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rectal bleeding, haemorrhoids, colonoscopy, endoscopy, HALO, THD, gallstones, cholecystectomy, hernia repair, bowel diseases, diarrhoea, constipation, laparoscopy, keyhole surgery


What is Diverticulosis or Diverticular Disease?

Side pockets or out-pouchings develop in the colon as people approach the 5th and 6th decades. The structural anomalies are called diverticulae (plural for diverticula), and the condition, diverticular disease or diverticulosis. Diverticular disease may give the impression that it is a condition that one ‘catches’, but it is not.

How MAY I SUSPECT diverticular disease?

Most people would never know unless they have an investigation such as a colonoscopy, CT scan of the abdomen or a barium enema, when diverticulae may be an incidental finding.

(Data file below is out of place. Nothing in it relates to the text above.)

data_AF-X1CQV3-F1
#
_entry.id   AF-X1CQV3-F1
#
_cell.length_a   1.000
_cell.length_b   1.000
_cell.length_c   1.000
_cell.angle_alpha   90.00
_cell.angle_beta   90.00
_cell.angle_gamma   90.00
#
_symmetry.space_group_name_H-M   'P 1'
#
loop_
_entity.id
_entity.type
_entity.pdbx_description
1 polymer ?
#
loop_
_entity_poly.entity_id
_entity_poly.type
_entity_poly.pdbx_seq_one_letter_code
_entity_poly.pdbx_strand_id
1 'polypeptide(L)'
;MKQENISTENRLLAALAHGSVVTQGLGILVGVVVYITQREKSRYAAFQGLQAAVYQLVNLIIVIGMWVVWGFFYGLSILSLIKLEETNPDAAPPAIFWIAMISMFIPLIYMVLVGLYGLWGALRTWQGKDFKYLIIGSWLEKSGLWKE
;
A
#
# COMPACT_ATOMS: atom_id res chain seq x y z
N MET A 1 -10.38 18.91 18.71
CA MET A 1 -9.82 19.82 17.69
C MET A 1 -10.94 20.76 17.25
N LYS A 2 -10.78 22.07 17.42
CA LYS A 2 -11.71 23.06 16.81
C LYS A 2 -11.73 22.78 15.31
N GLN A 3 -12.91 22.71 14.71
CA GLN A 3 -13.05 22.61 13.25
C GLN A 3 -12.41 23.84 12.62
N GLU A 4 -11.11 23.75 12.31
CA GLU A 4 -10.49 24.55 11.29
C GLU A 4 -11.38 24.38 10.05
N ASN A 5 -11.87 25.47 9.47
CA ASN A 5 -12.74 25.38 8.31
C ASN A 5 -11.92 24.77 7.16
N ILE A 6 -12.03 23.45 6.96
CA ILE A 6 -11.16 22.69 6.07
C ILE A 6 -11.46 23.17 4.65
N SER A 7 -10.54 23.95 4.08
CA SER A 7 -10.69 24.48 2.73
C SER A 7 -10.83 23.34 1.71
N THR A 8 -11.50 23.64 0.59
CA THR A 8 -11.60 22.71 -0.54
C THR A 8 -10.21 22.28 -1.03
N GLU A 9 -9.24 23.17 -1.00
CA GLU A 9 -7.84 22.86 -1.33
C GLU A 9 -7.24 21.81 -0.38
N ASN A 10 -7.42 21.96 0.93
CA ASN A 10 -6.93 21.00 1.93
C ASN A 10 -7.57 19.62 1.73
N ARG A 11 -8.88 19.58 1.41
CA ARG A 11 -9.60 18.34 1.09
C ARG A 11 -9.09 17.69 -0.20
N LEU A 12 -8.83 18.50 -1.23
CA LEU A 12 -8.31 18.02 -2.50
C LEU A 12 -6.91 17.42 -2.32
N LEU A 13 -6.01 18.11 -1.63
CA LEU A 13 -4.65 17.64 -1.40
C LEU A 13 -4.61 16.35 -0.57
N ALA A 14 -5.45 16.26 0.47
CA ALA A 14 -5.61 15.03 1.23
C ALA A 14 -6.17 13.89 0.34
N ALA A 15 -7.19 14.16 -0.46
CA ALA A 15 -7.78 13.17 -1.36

The condition may be entirely symptomless or may cause vague abdominal symptoms like bloating, cramps or pain particularly on the left lower side of the abdomen. Constipation may be a feature.
More serious are the complications of the condition that include inflammation (diverticulitis), bleeding, perforation, abscess (diverticular abscess), fistula formation and stricture (narrowing of the bowel). Surgery may be required to deal with these complications.

Surgery for Diverticular Disease

Operations to treat the complications would depend on the nature of the complication and its severity. The surgery required may be by traditional open technique or laparoscopic (keyhole). Both options are available at the Rectal Bleeding Clinic.

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